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    How did you finish the music room project?
  13. jandscotten

    jandscotten

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    I didn't, life got in the way. However, I did get the cab up off the floor and at an angle in the corner that made a huge improvement. And backings on the wall hangings Made a huge difference.

    My mother is a quilter, big time, and just sent home a bunch of new quilts and I'm thinking of getting some rods and hanging them as displays to soften up the walls, show off her quilts rather than stuff them in a closet at the same time.

    I have no plans to teach but I would like to use the space to jam with friends who play, if I get any here in Waco. ;)
  14. Webskipper

    Webskipper Supporting Member

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    Lol. Your Mom will be happy. Maybe she'll quilt you your favorite album.

    Yep, putting the amp and theatre sub woofer on acoustic foam improved the sound.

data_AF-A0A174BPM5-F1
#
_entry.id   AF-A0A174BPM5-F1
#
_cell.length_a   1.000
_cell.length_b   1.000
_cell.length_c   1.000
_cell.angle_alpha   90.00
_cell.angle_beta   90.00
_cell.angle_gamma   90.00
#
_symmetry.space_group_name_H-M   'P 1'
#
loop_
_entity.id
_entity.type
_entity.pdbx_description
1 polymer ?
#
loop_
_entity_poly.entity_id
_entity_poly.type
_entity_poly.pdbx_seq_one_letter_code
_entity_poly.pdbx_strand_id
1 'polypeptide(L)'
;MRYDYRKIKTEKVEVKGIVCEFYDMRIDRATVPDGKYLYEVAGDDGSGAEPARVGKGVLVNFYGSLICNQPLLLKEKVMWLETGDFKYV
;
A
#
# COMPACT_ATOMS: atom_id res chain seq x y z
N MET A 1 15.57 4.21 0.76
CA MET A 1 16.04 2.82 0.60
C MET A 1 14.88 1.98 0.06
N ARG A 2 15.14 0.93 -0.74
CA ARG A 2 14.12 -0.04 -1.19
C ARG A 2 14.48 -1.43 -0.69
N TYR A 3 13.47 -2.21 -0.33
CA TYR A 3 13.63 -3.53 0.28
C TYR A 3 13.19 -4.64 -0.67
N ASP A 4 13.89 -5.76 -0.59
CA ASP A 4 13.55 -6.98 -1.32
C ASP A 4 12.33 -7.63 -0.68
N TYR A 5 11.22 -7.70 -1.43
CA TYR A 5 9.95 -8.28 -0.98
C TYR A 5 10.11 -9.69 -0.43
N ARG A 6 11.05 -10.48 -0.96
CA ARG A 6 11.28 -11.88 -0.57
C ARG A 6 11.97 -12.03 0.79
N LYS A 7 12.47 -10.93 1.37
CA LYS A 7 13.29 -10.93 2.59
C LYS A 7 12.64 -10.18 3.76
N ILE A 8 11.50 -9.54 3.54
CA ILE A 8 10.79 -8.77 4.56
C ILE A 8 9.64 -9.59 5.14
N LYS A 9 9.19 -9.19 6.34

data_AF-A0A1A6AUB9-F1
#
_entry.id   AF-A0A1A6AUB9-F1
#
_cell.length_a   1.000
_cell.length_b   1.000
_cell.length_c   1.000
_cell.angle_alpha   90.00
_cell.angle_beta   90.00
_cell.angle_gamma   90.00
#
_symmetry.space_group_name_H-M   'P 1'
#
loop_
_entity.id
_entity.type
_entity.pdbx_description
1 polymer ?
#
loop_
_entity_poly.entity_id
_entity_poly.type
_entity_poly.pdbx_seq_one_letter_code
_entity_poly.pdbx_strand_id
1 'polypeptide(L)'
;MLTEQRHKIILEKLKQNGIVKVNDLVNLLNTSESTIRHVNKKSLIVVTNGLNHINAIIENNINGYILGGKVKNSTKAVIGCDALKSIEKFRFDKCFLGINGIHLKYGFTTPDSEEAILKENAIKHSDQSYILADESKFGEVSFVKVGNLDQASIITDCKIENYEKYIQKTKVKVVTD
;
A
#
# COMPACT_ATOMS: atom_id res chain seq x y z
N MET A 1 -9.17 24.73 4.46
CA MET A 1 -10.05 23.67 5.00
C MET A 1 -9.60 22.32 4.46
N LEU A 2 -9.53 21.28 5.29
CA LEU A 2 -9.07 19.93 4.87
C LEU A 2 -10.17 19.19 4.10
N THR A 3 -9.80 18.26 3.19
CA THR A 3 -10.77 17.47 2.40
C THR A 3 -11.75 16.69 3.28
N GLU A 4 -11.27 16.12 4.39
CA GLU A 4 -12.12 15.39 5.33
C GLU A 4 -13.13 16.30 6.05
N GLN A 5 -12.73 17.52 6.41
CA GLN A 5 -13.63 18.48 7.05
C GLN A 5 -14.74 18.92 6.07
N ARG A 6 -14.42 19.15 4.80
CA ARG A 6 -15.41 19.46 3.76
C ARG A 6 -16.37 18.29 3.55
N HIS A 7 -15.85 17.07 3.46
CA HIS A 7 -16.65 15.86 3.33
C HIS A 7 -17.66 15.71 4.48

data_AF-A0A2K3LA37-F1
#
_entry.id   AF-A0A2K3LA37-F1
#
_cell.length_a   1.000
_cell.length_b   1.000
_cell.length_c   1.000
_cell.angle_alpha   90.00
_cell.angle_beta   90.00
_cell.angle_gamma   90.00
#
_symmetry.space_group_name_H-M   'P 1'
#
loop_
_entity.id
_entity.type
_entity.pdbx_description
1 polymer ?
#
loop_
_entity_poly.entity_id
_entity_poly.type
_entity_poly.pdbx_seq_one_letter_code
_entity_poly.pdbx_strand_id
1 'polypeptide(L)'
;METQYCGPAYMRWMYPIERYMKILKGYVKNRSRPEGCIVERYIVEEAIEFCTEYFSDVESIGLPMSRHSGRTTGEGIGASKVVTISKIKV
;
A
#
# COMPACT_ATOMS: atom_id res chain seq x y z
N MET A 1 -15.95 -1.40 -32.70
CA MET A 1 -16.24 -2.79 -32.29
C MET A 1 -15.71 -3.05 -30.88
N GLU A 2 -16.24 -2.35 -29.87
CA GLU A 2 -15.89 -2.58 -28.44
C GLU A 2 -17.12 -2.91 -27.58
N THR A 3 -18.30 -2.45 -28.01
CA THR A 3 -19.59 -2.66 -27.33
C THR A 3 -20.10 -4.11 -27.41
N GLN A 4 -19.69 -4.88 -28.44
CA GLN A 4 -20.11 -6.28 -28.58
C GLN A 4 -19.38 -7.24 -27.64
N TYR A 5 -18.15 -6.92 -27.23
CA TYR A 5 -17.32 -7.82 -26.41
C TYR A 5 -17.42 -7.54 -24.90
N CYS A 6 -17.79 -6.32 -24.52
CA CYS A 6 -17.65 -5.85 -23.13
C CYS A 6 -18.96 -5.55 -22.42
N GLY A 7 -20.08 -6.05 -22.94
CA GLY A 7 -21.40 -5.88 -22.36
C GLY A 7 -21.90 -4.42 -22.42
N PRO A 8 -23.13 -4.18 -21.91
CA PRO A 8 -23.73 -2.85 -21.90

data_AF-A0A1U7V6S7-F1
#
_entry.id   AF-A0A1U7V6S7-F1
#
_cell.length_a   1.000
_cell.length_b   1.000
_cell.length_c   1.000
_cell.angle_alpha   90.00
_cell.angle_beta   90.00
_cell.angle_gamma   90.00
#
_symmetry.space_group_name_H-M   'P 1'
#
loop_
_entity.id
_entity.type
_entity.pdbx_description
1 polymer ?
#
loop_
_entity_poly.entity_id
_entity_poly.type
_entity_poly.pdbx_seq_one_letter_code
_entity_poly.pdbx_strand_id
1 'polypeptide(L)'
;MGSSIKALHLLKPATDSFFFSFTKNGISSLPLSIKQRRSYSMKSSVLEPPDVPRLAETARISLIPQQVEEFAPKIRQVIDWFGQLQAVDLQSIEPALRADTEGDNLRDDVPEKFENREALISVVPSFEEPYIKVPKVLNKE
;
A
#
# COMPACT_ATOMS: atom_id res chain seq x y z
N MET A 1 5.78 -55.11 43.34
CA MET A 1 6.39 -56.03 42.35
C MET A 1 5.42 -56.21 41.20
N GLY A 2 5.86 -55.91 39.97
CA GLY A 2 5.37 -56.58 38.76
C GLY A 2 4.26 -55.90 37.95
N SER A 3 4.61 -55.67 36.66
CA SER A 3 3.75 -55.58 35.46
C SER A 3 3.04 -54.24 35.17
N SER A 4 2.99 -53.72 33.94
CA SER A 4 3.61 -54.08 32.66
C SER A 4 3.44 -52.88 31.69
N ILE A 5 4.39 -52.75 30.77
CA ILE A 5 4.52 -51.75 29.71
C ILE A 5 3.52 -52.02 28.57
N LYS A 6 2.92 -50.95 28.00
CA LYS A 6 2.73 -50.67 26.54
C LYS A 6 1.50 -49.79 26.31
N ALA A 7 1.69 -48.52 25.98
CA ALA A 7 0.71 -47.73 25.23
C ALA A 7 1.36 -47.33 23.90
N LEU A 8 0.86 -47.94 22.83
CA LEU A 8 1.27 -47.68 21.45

Haven't had a neighbor complain. I'm in an apartment.
  15. halfjackson

    halfjackson Supporting Member

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    Practice with headphones.
  16. Webskipper

    Webskipper Supporting Member

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    Tried that. I keep it at movie volume and play early in the evening when others are probably at happy hour.
  17. Ukiah Bass

    Ukiah Bass Supporting Member

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    That wood floor is going to transmit the lower frequencies that vibrate your wall joists and beams. That's the key conduit. I've got the same issue and found an Auralex pad to be pretty effective (also works well on cutting boom when playing on a hollow wooden stage). Turning down also helps. Frankly, your best solution is to use IEMs or good headphones and cut out all the vibrations that are common in a home music room. Standard house construction + nick nacks on the wall + complaining parents/SO/spouse will no longer be issues.
  18. Joedog

    Joedog

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    Probably more than you want to get into, but blowing loose fill insulation into the wall cavities (works for floors and ceilings too) can make a big difference. I used to own an insulation company, and did several projects for sound proofing. It works! Sounds like you have it under control already! Just thought I'd throw out a "last resort".